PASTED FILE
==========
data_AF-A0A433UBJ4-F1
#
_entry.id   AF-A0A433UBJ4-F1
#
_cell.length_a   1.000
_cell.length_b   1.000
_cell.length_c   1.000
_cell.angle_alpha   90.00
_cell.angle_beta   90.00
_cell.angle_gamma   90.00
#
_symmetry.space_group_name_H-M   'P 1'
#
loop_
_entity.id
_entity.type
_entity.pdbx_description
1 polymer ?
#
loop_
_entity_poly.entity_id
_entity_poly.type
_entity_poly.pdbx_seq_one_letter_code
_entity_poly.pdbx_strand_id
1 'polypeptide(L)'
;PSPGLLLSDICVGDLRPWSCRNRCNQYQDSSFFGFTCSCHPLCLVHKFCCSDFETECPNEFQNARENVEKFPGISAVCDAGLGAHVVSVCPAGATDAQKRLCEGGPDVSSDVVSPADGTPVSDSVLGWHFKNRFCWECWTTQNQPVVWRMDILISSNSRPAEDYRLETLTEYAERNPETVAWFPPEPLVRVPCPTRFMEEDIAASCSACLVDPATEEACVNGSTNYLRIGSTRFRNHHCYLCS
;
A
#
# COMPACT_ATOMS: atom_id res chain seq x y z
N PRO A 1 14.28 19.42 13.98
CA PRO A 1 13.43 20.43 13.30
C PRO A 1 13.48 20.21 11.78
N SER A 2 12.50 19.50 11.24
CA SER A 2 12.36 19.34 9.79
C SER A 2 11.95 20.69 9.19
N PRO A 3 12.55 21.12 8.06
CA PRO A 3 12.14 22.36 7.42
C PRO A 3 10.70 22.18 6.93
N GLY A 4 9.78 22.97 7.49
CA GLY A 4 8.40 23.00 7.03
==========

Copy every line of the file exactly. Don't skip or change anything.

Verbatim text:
data_AF-A0A433UBJ4-F1
#
_entry.id   AF-A0A433UBJ4-F1
#
_cell.length_a   1.000
_cell.length_b   1.000
_cell.length_c   1.000
_cell.angle_alpha   90.00
_cell.angle_beta   90.00
_cell.angle_gamma   90.00
#
_symmetry.space_group_name_H-M   'P 1'
#
loop_
_entity.id
_entity.type
_entity.pdbx_description
1 polymer ?
#
loop_
_entity_poly.entity_id
_entity_poly.type
_entity_poly.pdbx_seq_one_letter_code
_entity_poly.pdbx_strand_id
1 'polypeptide(L)'
;PSPGLLLSDICVGDLRPWSCRNRCNQYQDSSFFGFTCSCHPLCLVHKFCCSDFETECPNEFQNARENVEKFPGISAVCDAGLGAHVVSVCPAGATDAQKRLCEGGPDVSSDVVSPADGTPVSDSVLGWHFKNRFCWECWTTQNQPVVWRMDILISSNSRPAEDYRLETLTEYAERNPETVAWFPPEPLVRVPCPTRFMEEDIAASCSACLVDPATEEACVNGSTNYLRIGSTRFRNHHCYLCS
;
A
#
# COMPACT_ATOMS: atom_id res chain seq x y z
N PRO A 1 14.28 19.42 13.98
CA PRO A 1 13.43 20.43 13.30
C PRO A 1 13.48 20.21 11.78
N SER A 2 12.50 19.50 11.24
CA SER A 2 12.36 19.34 9.79
C SER A 2 11.95 20.69 9.19
N PRO A 3 12.55 21.12 8.06
CA PRO A 3 12.14 22.36 7.42
C PRO A 3 10.70 22.18 6.93
N GLY A 4 9.78 22.97 7.49
CA GLY A 4 8.40 23.00 7.03